The below letters were sent by Dante Gabriel Rossetti to James Smetham in 1865. The content of the first provides some context of the relationship between the two men, the second letter is a revealing insight into Rossetti’s views and feelings toward religion. It may be worth keeping his claim ‘Are not my works testament to my Christianity?’ in mind as you read. The letters are taken from O’Doughty and J.E. Wahl’s Letters of Dante Gabriel Rossetti Vol II (Oxford: Clarendon Press, 1965), and reproduced accordingly.
16, Cheyne Walk,
21st November, 1865
My dear Smetham,
Thanks for your letter of the other day, which is very interesting, and lets me into much concerning you. I am afraid you will think no better of me for pronouncing the commonplace verdict that what you lack is simply ambition, i.e. the feeling of pure rage and self-hatred when any one else does better than you do. This in an ambitious mind leads not to envy in the least, but to self-scrutiny on all sides, and that to something if anything can. You comfort yourself with other things, whereas art must be its own comforter or else comfortless.
I will hope to see you to-morrow to dinner at six. After which we will go to Scott’s, and you remember I have a bed for you; and am meanwhile and ever, my dear Smetham, very sincerely yours,
And do please kindly let more distant forms by dropped on both sides, being, as we are, almost ten-year-old friends.
16, Cheyne Walk,
10th December, 1865
My dear Smetham,
After carefully reading your friendly and earnest ‘ventilations,’ and thoroughly appreciating both qualities in them, I ought nevertheless to tell you that, when I said I should be happy to receive such, I did not anticipate that they would chiefly consist of religious enquiry and discussion. I had better tell you frankly at once that I have no such faith as you have. Its default in me does not arise from want of natural impulse to believe, nor of reflection whether what I should alone call belief in a full sense is possible to me. Thus I know that while discussion on such points with a believer is painful to me, it affords me no counterbalancing profit; and I abstain from it absolutely. I feel this plain statement due to such sincerity as yours, though I do not ordinarily feel bound to explain myself at all on the matter.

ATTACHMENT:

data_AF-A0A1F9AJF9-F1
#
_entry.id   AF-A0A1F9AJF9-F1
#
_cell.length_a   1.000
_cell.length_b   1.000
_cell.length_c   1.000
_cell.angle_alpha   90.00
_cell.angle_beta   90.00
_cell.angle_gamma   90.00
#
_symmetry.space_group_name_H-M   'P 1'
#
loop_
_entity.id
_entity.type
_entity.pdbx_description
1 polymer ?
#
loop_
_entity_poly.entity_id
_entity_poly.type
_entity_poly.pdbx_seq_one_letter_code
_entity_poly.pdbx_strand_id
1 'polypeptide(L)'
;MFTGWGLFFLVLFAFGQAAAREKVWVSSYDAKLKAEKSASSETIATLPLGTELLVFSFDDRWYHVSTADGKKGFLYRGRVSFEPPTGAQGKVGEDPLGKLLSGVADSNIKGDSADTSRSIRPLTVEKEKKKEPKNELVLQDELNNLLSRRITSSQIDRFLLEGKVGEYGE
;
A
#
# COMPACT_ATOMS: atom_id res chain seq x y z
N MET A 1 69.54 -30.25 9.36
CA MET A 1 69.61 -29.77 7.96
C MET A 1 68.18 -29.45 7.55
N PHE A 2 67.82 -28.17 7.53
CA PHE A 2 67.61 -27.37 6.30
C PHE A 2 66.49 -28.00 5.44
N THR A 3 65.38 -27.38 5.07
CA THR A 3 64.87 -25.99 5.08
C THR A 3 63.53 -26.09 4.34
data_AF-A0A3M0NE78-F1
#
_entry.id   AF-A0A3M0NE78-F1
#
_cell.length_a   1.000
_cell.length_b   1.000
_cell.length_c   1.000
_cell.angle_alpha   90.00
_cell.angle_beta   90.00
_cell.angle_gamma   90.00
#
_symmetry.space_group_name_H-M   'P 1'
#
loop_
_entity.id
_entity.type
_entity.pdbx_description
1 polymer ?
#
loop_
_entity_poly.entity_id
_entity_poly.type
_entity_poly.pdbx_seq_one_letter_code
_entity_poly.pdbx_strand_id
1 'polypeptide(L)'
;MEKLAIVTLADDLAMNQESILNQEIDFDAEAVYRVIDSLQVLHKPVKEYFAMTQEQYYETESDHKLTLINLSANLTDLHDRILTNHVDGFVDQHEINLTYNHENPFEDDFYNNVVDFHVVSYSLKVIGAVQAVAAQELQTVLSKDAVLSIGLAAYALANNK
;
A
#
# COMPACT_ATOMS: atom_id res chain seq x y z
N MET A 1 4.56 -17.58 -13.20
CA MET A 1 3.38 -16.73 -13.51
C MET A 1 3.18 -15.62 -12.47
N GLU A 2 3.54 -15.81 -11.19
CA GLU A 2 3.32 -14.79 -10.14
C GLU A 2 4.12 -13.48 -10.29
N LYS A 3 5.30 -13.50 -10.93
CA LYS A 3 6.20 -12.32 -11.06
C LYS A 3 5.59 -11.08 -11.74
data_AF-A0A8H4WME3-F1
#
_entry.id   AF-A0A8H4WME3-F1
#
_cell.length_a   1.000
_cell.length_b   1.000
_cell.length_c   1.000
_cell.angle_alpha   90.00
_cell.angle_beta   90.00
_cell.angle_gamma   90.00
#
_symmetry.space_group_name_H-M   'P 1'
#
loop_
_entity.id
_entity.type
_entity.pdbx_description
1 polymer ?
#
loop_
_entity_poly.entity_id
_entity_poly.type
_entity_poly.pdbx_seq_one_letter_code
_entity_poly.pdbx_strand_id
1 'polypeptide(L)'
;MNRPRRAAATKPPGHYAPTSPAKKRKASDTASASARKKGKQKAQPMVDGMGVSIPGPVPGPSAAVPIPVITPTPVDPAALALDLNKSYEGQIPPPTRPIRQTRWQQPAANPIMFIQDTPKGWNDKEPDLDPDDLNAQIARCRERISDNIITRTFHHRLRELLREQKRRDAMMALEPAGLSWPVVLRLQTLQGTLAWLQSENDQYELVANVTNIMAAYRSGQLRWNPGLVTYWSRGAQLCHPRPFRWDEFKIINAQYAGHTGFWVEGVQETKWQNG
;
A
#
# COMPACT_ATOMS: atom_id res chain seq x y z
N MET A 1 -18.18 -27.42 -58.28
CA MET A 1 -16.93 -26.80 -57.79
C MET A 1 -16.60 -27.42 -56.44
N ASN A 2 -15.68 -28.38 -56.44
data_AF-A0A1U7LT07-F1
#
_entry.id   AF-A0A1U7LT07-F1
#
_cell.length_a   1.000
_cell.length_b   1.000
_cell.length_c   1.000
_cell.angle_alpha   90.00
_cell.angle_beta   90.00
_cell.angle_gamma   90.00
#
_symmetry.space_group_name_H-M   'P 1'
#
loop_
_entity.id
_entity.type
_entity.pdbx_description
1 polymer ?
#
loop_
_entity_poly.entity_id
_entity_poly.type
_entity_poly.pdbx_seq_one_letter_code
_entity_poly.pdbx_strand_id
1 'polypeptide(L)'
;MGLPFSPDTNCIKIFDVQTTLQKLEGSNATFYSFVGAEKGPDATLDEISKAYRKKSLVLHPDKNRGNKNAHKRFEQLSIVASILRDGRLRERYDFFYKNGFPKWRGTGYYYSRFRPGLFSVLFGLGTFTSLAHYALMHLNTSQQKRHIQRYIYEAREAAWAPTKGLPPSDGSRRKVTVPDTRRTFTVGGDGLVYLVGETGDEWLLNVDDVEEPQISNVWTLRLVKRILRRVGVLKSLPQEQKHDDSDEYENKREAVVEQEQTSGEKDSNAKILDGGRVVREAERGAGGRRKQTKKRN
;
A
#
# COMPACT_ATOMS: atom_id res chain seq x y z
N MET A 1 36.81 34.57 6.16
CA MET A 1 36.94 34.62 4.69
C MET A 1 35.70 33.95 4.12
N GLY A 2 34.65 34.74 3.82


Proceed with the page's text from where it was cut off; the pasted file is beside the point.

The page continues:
As regards the pursuit of Art, which we have in common, I feel a pleasure in being so associated with you as well as a true regard for yourself; and if you can be content to consider these the chief bonds between us, I do not think we need feel a want in such intercourse on account of what I have felt it my duty to say here; of which I neither wish to mitigate the significance, nor to declare myself thereby a confident denier, – still less an apostle of opposition. This is all I feel able to say on the subject.
I hope to see you on Wednesday, and Jones will expect us in the evening, after which I can of course give you a bed as before; and am ever
 James Smetham (1821-1889), painter and essayist, unsuccessful as artist, a religious exalté, died insane.
 Smetham carried in his pocket as he went about his business little slips of paper, on which at intervals he would send messages (sometimes, as here, religious inquiries) to his acquaintances – not always to their convenience. These messages he called ‘ventilators’.